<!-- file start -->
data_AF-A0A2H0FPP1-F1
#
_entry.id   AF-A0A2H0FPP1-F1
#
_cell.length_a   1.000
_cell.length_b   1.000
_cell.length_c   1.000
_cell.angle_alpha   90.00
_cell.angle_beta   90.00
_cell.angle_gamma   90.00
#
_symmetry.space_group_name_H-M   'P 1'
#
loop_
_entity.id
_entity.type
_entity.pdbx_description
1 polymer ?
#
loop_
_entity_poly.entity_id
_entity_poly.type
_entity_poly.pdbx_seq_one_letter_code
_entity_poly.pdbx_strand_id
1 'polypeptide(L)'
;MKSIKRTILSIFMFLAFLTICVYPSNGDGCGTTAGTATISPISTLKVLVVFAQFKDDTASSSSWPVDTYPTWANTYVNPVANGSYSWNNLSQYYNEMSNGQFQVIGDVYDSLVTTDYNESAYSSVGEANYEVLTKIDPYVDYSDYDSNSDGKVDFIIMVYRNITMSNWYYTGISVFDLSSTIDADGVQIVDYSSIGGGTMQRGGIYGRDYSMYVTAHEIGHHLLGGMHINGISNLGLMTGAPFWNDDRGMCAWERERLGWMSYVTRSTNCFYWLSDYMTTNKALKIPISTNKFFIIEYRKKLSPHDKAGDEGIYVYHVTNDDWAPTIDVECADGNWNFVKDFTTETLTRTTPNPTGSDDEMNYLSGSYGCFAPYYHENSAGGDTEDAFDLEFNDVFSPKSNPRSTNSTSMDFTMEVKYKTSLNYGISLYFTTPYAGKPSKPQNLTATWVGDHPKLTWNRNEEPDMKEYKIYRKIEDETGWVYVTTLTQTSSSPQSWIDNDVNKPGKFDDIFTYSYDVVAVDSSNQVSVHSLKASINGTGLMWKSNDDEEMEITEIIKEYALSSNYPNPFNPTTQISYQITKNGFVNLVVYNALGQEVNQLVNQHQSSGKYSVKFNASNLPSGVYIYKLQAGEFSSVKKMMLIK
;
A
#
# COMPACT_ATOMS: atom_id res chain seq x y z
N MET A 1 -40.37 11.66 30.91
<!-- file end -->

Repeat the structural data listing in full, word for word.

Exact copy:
data_AF-A0A2H0FPP1-F1
#
_entry.id   AF-A0A2H0FPP1-F1
#
_cell.length_a   1.000
_cell.length_b   1.000
_cell.length_c   1.000
_cell.angle_alpha   90.00
_cell.angle_beta   90.00
_cell.angle_gamma   90.00
#
_symmetry.space_group_name_H-M   'P 1'
#
loop_
_entity.id
_entity.type
_entity.pdbx_description
1 polymer ?
#
loop_
_entity_poly.entity_id
_entity_poly.type
_entity_poly.pdbx_seq_one_letter_code
_entity_poly.pdbx_strand_id
1 'polypeptide(L)'
;MKSIKRTILSIFMFLAFLTICVYPSNGDGCGTTAGTATISPISTLKVLVVFAQFKDDTASSSSWPVDTYPTWANTYVNPVANGSYSWNNLSQYYNEMSNGQFQVIGDVYDSLVTTDYNESAYSSVGEANYEVLTKIDPYVDYSDYDSNSDGKVDFIIMVYRNITMSNWYYTGISVFDLSSTIDADGVQIVDYSSIGGGTMQRGGIYGRDYSMYVTAHEIGHHLLGGMHINGISNLGLMTGAPFWNDDRGMCAWERERLGWMSYVTRSTNCFYWLSDYMTTNKALKIPISTNKFFIIEYRKKLSPHDKAGDEGIYVYHVTNDDWAPTIDVECADGNWNFVKDFTTETLTRTTPNPTGSDDEMNYLSGSYGCFAPYYHENSAGGDTEDAFDLEFNDVFSPKSNPRSTNSTSMDFTMEVKYKTSLNYGISLYFTTPYAGKPSKPQNLTATWVGDHPKLTWNRNEEPDMKEYKIYRKIEDETGWVYVTTLTQTSSSPQSWIDNDVNKPGKFDDIFTYSYDVVAVDSSNQVSVHSLKASINGTGLMWKSNDDEEMEITEIIKEYALSSNYPNPFNPTTQISYQITKNGFVNLVVYNALGQEVNQLVNQHQSSGKYSVKFNASNLPSGVYIYKLQAGEFSSVKKMMLIK
;
A
#
# COMPACT_ATOMS: atom_id res chain seq x y z
N MET A 1 -40.37 11.66 30.91